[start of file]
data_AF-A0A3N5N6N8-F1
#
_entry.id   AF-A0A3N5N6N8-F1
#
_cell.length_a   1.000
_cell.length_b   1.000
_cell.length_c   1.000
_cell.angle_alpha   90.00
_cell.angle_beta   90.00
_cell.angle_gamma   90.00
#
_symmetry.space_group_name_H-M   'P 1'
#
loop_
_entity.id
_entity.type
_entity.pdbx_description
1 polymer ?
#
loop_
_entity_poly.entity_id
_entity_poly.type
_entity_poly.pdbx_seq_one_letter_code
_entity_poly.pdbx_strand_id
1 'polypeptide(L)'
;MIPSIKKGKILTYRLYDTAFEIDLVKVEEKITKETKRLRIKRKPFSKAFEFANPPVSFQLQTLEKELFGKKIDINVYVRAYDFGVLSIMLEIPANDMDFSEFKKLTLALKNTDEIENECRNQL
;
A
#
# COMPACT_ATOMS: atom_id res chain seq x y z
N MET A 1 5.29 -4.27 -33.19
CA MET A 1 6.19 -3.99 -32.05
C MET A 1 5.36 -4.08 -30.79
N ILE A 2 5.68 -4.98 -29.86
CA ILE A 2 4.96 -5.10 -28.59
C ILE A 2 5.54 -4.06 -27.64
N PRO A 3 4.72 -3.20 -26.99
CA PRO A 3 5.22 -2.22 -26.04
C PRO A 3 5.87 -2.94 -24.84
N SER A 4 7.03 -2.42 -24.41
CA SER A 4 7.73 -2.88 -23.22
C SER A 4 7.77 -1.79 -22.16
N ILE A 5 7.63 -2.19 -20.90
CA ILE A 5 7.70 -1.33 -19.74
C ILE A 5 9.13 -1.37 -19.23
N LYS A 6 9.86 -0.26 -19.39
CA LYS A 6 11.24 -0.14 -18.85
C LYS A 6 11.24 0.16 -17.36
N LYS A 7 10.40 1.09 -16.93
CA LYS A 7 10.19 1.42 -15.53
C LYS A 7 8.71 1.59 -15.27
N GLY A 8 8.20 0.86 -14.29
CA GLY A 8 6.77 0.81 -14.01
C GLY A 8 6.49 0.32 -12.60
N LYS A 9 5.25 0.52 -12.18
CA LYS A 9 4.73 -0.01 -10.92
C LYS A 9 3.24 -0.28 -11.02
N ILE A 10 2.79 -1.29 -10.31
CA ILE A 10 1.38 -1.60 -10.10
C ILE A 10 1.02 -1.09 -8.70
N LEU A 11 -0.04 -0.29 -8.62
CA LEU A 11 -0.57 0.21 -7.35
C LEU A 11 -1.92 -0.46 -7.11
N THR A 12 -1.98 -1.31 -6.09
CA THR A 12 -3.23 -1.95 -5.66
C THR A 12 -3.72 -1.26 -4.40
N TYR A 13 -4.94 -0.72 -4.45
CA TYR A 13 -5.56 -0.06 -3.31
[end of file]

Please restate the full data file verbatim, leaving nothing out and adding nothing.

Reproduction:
data_AF-A0A3N5N6N8-F1
#
_entry.id   AF-A0A3N5N6N8-F1
#
_cell.length_a   1.000
_cell.length_b   1.000
_cell.length_c   1.000
_cell.angle_alpha   90.00
_cell.angle_beta   90.00
_cell.angle_gamma   90.00
#
_symmetry.space_group_name_H-M   'P 1'
#
loop_
_entity.id
_entity.type
_entity.pdbx_description
1 polymer ?
#
loop_
_entity_poly.entity_id
_entity_poly.type
_entity_poly.pdbx_seq_one_letter_code
_entity_poly.pdbx_strand_id
1 'polypeptide(L)'
;MIPSIKKGKILTYRLYDTAFEIDLVKVEEKITKETKRLRIKRKPFSKAFEFANPPVSFQLQTLEKELFGKKIDINVYVRAYDFGVLSIMLEIPANDMDFSEFKKLTLALKNTDEIENECRNQL
;
A
#
# COMPACT_ATOMS: atom_id res chain seq x y z
N MET A 1 5.29 -4.27 -33.19
CA MET A 1 6.19 -3.99 -32.05
C MET A 1 5.36 -4.08 -30.79
N ILE A 2 5.68 -4.98 -29.86
CA ILE A 2 4.96 -5.10 -28.59
C ILE A 2 5.54 -4.06 -27.64
N PRO A 3 4.72 -3.20 -26.99
CA PRO A 3 5.22 -2.22 -26.04
C PRO A 3 5.87 -2.94 -24.84
N SER A 4 7.03 -2.42 -24.41
CA SER A 4 7.73 -2.88 -23.22
C SER A 4 7.77 -1.79 -22.16
N ILE A 5 7.63 -2.19 -20.90
CA ILE A 5 7.70 -1.33 -19.74
C ILE A 5 9.13 -1.37 -19.23
N LYS A 6 9.86 -0.26 -19.39
CA LYS A 6 11.24 -0.14 -18.85
C LYS A 6 11.24 0.16 -17.36
N LYS A 7 10.40 1.09 -16.93
CA LYS A 7 10.19 1.42 -15.53
C LYS A 7 8.71 1.59 -15.27
N GLY A 8 8.20 0.86 -14.29
CA GLY A 8 6.77 0.81 -14.01
C GLY A 8 6.49 0.32 -12.60
N LYS A 9 5.25 0.52 -12.18
CA LYS A 9 4.73 -0.01 -10.92
C LYS A 9 3.24 -0.28 -11.02
N ILE A 10 2.79 -1.29 -10.31
CA ILE A 10 1.38 -1.60 -10.10
C ILE A 10 1.02 -1.09 -8.70
N LEU A 11 -0.04 -0.29 -8.62
CA LEU A 11 -0.57 0.21 -7.35
C LEU A 11 -1.92 -0.46 -7.11
N THR A 12 -1.98 -1.31 -6.09
CA THR A 12 -3.23 -1.95 -5.66
C THR A 12 -3.72 -1.26 -4.40
N TYR A 13 -4.94 -0.72 -4.45
CA TYR A 13 -5.56 -0.06 -3.31